Stark on scrapping NCB: 'I think we can do business'

Sunday, May 11, 2008

WASHINGTON - Rep. Pete Stark, D-Calif., pledged at a hearing last week to work with the home medical equipment industry to repeal national competitive bidding, a program he described as "somewhere between flawed and lousy." But Stark, who chairs the Ways and Means Committee's health subcommittee, made it clear to industry representatives that it would come at a cost.

"Is your industry prepared to have their fees adjusted downward to the extent of $6 billion over five years if we get rid of this bidding process?" Stark asked AAHomecare's Tom Ryan, who testified at the hearing. "That's the bind we're in (under pay-as-you-go)."

Ryan, an AAHomecare board member and president and CEO of Homecare Concepts in Farmingdale, N.Y., said the industry was "ready to talk about alternatives."

Unsatisfied, Stark repeated the question. Ryan answered, "Yes." Stark responded, "Then I think we can do business."

Stark scheduled the hearing after he and his colleagues heard numerous concerns from providers and beneficiaries about unfairly disqualified bidders and reduced beneficiary access. Prior to the hearing, Stark told several publications, including The Wall Street Journal, that he wanted to "scrap" the program.

Sources say Ryan's response keeps alive the industry's hopes of repealing or delaying competitive bidding.

"If he had said no, Stark would have said, 'Then why the heck are we here?'" said Cara Bachenheimer, vice president of government relations for Invacare. "We would have lost all opportunity to make any meaningful change."

Sources emphasized that Ryan's response doesn't necessarily mean the industry has made a commitment to reducing reimbursement by $6 billion over five years. The devil's in the details.

"We needed to keep the dialogue open, and by saying yes, Tom was saying, 'I'm willing to talk with you, Mr. Stark,'" said Walt Gorski, AAHomecare's vice president of government affairs. "Now it's a matter of sitting down with members of Congress, getting figures and making an informed decision. We have to get a lot of clarity."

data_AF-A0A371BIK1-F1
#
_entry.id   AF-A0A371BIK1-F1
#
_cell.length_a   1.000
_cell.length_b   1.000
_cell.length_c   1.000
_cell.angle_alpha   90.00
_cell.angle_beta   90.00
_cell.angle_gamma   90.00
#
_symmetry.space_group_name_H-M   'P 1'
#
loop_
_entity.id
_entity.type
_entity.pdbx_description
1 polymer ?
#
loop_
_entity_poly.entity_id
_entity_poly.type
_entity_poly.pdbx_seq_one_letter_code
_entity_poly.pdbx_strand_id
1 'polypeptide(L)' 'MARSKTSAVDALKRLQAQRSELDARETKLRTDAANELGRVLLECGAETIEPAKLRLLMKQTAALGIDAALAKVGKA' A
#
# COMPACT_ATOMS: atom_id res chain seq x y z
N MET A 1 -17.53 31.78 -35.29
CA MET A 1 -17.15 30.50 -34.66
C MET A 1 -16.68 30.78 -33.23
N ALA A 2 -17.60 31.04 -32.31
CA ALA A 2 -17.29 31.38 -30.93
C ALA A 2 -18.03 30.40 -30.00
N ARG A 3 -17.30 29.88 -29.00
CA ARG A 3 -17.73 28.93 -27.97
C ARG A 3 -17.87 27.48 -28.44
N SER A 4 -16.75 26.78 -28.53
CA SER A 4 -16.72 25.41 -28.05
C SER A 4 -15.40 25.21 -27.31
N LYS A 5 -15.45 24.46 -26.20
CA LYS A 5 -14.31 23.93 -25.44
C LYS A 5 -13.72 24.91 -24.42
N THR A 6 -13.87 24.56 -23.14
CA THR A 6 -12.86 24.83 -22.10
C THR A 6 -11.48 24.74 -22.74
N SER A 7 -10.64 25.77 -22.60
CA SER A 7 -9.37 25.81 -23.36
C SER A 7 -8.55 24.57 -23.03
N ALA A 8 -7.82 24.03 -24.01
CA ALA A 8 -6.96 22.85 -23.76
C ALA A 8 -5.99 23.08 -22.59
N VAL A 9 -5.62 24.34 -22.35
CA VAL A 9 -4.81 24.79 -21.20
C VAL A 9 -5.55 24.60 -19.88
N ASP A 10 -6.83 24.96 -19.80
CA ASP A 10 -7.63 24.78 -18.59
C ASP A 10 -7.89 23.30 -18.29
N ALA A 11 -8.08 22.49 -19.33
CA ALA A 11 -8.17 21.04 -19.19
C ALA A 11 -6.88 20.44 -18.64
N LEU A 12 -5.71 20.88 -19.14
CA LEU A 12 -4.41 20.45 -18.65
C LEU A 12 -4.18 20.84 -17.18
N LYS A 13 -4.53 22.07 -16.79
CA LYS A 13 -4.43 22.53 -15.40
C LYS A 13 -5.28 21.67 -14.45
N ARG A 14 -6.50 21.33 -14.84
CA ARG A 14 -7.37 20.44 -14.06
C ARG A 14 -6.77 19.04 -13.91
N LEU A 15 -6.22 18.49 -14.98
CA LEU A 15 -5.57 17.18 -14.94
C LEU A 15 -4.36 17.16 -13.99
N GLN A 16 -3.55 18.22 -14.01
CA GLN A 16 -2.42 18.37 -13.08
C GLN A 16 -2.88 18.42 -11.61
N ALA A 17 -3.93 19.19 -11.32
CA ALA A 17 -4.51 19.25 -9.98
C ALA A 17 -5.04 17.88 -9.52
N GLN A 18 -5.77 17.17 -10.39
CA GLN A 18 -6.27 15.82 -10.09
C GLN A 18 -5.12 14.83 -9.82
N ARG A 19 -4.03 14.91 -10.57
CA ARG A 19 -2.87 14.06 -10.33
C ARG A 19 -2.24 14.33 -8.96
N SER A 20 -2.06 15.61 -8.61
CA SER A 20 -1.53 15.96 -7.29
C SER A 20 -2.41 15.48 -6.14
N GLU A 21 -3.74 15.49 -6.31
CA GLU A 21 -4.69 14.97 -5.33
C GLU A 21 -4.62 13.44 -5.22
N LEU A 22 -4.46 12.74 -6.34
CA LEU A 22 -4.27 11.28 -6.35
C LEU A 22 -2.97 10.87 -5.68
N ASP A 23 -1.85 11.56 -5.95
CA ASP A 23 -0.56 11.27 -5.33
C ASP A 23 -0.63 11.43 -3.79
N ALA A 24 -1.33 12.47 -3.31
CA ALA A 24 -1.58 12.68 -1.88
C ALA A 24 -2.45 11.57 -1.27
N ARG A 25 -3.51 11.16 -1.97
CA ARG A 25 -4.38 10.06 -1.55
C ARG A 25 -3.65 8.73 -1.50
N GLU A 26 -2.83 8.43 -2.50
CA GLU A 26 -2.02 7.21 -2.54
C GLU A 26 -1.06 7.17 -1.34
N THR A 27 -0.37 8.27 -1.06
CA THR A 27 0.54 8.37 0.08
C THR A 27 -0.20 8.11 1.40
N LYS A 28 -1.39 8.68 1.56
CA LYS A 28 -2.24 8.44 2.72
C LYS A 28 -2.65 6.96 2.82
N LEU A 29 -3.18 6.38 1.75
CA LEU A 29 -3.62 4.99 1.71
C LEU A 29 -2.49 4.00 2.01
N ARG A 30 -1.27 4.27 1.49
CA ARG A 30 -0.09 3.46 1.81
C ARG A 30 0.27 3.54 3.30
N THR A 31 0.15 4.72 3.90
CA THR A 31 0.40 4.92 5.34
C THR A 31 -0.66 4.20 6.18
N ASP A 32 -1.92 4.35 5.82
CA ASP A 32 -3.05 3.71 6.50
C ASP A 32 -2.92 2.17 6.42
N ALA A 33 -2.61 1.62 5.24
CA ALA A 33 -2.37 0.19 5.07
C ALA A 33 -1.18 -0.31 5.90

There's a growing sense that providers are willing to make sacrifices--mainly "a reimbursement cut in the doable range not the crazy 26% range," one source said--to repeal competitive bidding.

"A cut would allow CMS to achieve its goal of saving money and it would allow us to achieve our goal of maintaining a competitive marketplace," said Georgie Blackburn, an AAHomecare board member and vice president of government relations and legislative affairs for Blackburn's in Tarentum, Pa. "I also think it would better promote quality of care, especially if CMS still requires accreditation."

The seven weeks between the hearing and July 1, when CMS expects to launch Round 1 of competitive bidding, needs to be a whirlwind of lobbying, sources said. Industry stakeholders and legislative allies like Stark need to convince senators to attach language to a Medicare package they plan on introducing in early June.

"Stark has been honest that this is the Senate's ball to hit first," said John Gallagher, vice president of government relations for The VGM Group. "So it behooves providers to contact their senators. There are some legs on moving this forward."